Wax-covered drawings that appear soft, tender, almost hidden. They withdraw themselves from the observer, yet tempt him through the emerging objects from their nebulous surroundings. The work of the Berlin Artist Heike Jeschonnek is multi-layered. The artist draws figures into softened paraffin that she spreads on the canvas, architecture and landscapes. The process of cutting into the canvas evokes a searching into the past.
Through the scratched wounds on the surface of the canvas, another layer of paraffin is spread. They are coloured and then covered again with wax like a healed wound or a tattoo that reveals its remaining colours or scars. An image is created behind. Colour is used sparingly and, mostly, the lines of the drawings stays in the foreground. Some paintings are coloured. In others, she uses coloured wax.
What at first sounds simple, develops through the extensive layers of wax to expand into a delicate poetic and fascinating expressive fabric. The surface of the art work holds the viewers at a distance and lets them anticipate the motif, like looking through a veil of fog which prompts us to take a closer look. The wax used in the paintings has its own quality which challenges our viewing habits, having us question closeness and distance, focused or blurred, comprehensible or illusive, permanence or transience. The clarity of the viewer is put into question through the breaks, layers, haziness, and displacements in the paintings.
Visualizing from her memories, Jeschonnek broaches the area of conflict between subject, object and environment/surrounding, spaces and architecture. Through these displaced memories, she creates new visual premises in which the subjects try to assert themselves. Instability and uncertainty envelops the spaces, in which their subjects seem insecure and isolated, generating doubts about their identities.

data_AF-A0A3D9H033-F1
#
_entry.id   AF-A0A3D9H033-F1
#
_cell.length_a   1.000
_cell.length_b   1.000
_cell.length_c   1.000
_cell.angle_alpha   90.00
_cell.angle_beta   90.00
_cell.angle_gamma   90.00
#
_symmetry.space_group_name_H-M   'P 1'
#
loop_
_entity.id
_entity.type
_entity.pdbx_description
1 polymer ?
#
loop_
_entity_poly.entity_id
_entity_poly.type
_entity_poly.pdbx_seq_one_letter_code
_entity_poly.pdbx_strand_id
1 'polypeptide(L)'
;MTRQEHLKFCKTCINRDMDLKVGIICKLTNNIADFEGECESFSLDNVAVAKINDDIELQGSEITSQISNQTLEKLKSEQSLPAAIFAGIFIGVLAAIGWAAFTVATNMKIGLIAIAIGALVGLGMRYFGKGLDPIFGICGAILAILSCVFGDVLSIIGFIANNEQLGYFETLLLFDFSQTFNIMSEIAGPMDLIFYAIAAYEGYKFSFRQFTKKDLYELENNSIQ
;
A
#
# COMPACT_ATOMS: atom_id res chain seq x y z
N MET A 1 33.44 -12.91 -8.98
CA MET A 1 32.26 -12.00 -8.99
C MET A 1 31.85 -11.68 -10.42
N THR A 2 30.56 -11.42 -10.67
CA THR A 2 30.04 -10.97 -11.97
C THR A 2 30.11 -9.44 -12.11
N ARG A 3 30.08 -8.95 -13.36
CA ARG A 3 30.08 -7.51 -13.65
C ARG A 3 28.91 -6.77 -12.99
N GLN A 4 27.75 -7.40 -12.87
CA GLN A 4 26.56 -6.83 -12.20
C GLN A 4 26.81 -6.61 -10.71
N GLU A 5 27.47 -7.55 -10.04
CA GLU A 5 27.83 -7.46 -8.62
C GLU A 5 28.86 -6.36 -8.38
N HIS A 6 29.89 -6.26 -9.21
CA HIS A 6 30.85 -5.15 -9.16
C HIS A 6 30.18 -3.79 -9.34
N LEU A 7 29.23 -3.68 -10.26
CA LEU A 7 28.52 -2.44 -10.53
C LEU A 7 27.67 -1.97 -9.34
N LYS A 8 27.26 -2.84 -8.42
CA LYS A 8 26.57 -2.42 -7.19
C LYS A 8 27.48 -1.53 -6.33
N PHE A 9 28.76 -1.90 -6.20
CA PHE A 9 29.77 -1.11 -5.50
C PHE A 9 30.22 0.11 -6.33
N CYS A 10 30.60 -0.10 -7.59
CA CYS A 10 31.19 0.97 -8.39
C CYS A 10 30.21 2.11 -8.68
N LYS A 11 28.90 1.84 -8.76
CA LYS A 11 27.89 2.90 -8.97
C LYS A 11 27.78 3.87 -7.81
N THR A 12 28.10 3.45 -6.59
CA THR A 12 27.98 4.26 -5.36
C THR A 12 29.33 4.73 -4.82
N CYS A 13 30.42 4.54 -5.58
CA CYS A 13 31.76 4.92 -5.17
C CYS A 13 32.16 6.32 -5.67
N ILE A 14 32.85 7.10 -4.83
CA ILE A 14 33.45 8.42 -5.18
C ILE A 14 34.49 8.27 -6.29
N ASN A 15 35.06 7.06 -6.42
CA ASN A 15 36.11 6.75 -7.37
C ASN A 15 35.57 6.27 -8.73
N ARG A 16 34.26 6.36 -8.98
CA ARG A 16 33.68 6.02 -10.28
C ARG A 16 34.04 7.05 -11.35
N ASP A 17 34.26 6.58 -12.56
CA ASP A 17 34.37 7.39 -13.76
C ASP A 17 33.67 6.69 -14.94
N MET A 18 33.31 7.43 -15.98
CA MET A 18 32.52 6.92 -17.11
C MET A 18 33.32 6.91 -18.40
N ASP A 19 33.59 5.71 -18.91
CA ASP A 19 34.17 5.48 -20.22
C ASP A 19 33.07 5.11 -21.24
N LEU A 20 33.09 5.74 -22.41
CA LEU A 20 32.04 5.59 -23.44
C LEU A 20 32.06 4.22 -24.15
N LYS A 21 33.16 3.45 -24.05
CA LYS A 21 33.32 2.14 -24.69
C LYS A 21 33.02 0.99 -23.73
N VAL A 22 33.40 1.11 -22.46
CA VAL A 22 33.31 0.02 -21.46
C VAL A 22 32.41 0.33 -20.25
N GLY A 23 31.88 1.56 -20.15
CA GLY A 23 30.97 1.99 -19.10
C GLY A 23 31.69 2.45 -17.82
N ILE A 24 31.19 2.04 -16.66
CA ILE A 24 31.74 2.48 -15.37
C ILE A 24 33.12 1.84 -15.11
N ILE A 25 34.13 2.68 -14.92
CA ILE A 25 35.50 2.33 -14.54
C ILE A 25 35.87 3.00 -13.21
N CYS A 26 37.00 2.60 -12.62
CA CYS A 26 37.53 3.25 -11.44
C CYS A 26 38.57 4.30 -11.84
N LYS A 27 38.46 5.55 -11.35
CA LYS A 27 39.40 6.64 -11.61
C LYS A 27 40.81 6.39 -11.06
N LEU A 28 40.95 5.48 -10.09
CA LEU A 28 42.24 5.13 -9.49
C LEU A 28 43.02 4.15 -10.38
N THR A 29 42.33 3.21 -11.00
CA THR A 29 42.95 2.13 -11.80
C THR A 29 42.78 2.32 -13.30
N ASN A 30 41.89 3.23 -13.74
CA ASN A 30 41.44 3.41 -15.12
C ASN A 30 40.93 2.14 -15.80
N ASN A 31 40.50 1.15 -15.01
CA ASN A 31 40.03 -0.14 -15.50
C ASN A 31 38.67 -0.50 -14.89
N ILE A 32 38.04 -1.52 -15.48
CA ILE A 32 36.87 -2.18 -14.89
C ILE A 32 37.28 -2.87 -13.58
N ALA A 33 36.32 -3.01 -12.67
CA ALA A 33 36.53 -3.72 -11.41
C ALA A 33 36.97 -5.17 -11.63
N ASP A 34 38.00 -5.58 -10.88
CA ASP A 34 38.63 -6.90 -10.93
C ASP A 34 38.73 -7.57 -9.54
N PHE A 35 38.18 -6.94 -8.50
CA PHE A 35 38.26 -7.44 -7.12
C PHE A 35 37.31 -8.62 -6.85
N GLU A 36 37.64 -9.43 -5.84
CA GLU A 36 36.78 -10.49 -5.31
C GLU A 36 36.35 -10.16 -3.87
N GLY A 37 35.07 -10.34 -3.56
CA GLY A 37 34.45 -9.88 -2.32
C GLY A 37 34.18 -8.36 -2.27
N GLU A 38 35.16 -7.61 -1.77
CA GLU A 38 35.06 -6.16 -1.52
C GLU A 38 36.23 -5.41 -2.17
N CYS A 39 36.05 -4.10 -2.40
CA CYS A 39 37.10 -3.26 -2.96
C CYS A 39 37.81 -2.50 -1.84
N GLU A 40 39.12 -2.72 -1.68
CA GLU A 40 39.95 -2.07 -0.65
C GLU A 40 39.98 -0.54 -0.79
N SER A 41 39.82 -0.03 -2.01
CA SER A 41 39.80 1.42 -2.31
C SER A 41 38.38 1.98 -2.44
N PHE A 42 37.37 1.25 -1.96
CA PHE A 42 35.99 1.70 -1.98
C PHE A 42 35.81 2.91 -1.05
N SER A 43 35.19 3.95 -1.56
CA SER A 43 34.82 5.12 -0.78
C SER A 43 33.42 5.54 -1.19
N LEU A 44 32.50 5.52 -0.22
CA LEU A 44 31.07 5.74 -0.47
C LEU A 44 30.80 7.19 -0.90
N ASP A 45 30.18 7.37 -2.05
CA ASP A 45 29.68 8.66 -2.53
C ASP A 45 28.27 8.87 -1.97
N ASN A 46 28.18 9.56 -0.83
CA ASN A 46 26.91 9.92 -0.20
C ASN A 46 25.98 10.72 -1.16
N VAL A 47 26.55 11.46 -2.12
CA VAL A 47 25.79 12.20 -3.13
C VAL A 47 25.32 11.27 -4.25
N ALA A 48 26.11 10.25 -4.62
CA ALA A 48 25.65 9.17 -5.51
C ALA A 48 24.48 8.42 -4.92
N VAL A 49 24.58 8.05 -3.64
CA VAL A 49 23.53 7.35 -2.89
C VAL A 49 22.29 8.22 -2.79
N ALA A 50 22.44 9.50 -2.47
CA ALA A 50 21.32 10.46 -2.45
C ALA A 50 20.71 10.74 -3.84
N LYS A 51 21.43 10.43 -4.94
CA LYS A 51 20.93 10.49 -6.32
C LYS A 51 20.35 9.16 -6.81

Often there are almost banal everyday motifs that through the artist’s method seem poetic. Abstractness is confronted with concrete images. The layers of wax serve the purpose of masking the surroundings, the artist allows only distinct elements to appear on the surface. While searching for a new dimension for her paintings, Heike discovered the effect of using molten paraffin. The fragility of her paintings, due to the brittle substance of dried wax, becomes like an allegory for the vulnerability of subject and object, even the surrounding area seems fragile and perishable.
In her earlier works, Heike Jeschonnek composed paintings using familiar Berlin buildings, cityscapes and interiors. Seldom were there any people to be seen, and if there was any person being depicted they would seem isolated in a misanthropic, almost dangerous surrounding of a city.
Through recent trips to Asia and Africa her paintings have come to include new areas of conflict and narrative elements. The Asian paintings remind us of the traditional depiction of far eastern landscapes: figures materialize in nondescript foggy fields. Through very light white image areas fragments of figures and landscapes appear. In contrast, there are other works that show people in the foreground doing their daily chores like fetching water or transporting goods with their boots. Fine lines are drawn through the painting almost disappearing into the pale colourless background. The African paintings show, in part, very concrete motifs, that are suspended in an almost surreal surrounding evoking a mysterious atmosphere: figures that are walking on huge balls across the landscape, fieldworkers that are prone to be drawn into an ocean of colour. Like the diffuse drawing of the figures themselves, the painting, as it presents itself, leaves the viewer with a vague impression.
The impressions from travelling to foreign cultures evoke a long lost past, which is, nonetheless, still reality in some places. The artist establishes a distinct connection between space and time.
Heike Jeschonnek has set out on the quest for memories and tries to capture evanescent moments. In the words of the Berlin art historian Angelika Sommer, she tries to gather “disappearing memories and transient impressions by using a time catalyst. That is the moment when new insights about the essence behind the surface spring forth.”
She searches for a symbiotic relationship between material and motif. The sensual effect of paraffin allows the drawings to seem fragile and unclear. They become the expression of a permanent search for dissipating memories.
by Dr. Mayarí Granados, March 2010
Art historian (Landesverband Lippe)
translation Johannes Hampel and Anna Cussen